Marital dissolution and the division of marital assets is a very challenging and often upsetting experience. Finalizing a divorce involves many important decisions and the resulting changes such as "Who gets the house" and What is it worth"? There are generally two options regarding the marital home - it can be sold and the proceeds appropriately divided between the parties - one party can "buy out" the other and become an individual owner. In either case, one or both parties will likely be advised to obtain an appraisal of the marital home by a certified real estate appraiser. This can quickly become an additional divorce complication as there are instances when two different appraisers could have very different opinions of the market value of the marital home. If a compromise is not possible between the disputing soon-to-be-ex spouses, the matter will go to a hearing and trial and the court will decide which of the two opinions is the most credible (worthy of belief).
It is very important to know that real estate agents (Realtors) do not provide appraisals and are not Appraisers. If a real estate agent (Realtor) holds a license or certification issued by an appraisal licensing jurisdiction to represent themself as a real estate Appraiser, the real estate agent must clearly disclose which role they are representing to you. It cannot be both roles. Why? because real estate agents (Realtors) are acting as a fiduciary (advocate) and an Appraiser is prohibited from acting an advocate for the cause or interest of any party. The scope of a real estate broker or salesperson license allows them to express a price opinion which is not the same as a certified market value opinion expressed by one who holds an appraisal credential. Common terms like market price and market value are confusing and mistakenly assumed to mean the same. However, they are very different economic concepts and the courts require an appraisal with a certified report containing a market value opinion (sometimes called a fair market value opinion) rather than a broker price opinion or CMA with a suggested list price.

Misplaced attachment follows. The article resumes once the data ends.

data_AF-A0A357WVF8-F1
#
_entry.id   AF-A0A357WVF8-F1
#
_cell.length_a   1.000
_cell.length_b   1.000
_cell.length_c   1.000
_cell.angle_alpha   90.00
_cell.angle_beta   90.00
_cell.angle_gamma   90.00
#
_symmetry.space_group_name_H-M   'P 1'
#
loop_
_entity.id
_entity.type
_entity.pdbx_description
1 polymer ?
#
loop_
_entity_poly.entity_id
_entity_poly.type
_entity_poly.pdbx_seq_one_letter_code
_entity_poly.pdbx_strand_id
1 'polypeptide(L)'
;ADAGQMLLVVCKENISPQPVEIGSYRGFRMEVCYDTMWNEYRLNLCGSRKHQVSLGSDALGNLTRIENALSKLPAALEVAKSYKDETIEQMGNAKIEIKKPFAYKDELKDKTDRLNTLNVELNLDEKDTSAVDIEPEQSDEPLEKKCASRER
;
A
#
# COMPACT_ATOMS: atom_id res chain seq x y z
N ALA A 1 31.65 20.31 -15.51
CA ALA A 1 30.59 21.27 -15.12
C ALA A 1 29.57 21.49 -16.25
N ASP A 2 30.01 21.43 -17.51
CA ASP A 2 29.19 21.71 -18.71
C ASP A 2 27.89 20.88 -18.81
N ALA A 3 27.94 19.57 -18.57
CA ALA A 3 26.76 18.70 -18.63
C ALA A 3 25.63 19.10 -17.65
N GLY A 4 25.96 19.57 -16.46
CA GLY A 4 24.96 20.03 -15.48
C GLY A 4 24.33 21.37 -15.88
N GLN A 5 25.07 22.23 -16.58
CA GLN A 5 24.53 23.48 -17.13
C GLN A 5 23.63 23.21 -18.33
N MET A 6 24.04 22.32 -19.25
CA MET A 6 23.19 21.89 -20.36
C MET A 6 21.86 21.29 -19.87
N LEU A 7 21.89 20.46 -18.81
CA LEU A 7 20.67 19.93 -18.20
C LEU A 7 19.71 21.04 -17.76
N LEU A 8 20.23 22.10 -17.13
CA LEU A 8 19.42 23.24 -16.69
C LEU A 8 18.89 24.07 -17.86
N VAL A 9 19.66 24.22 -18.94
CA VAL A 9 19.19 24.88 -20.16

Divorce appraisals require a well supported, professional appraisal that is defensible and for a very good reason. Should the marital dispute escalate and become unreasonable, the matter involving the division of shared assets is likely to go to trial. In such a situation, the credibility of an appraisal report and the testimony services of an expert witness associated with each appraisal may be necessary. The cost of expert witness testimony is an additional cost to the litigants and is not related to legal representation costs. If expert testimony is necessary, the court will settle the matter based on their opinion as to which of the two different appraisal opinions is the most credible (unbiased, well supported and worthy of belief). Approximately 93% of all cases settle before trial.
When you order an appraisal service from me, you are assured that you will get the best in professional service, courtesy and due diligence quality. I also know how to handle the sensitivity of a divorce matter; regardless of which spouse is in need of a market value appraisal. I am committed to a high standard of care and independent professional practice while also remaining impartial and objective to assure public trust in the appraisal services I provide. For that reason, there may be times when I must decline involvement as an Appraiser in a divorce because of professional conflict of interest as it relates to the biased conduct and strategy of an attorney representing one of the parties.
Attorneys and Accountants often rely on certified opinions when considering real property values. I understand their needs and am accustomed to dealing with all parties involved in many varied circumstances. I provide appraisal reports that meet the requirements of the courts and various other governmental entities. As an attorney advising your client in a divorce proceeding, your needs oftentimes include an appraisal to establish fair market value for the residential real property involved. Often the effective date of the appraisal differs from the actual date you engage the appraisal service. I am generally familiar with the federal rules of civil procedure and the ethical requirements necessary to perform a present or retrospective appraisal. The Ethics Rule of the Uniform Standards of Professional Appraisal Practice (USPAP) binds me to remain independent, impartial and objective and to protect confidentiality, thereby ensuring public trust in professional appraisal practice. I acknowledge that legal counsel are advocates for the cause and interests of their clients, however, as an Appraiser, I am prohibited from the practice of advocacy as that would create bias and breach public trust in my conduct.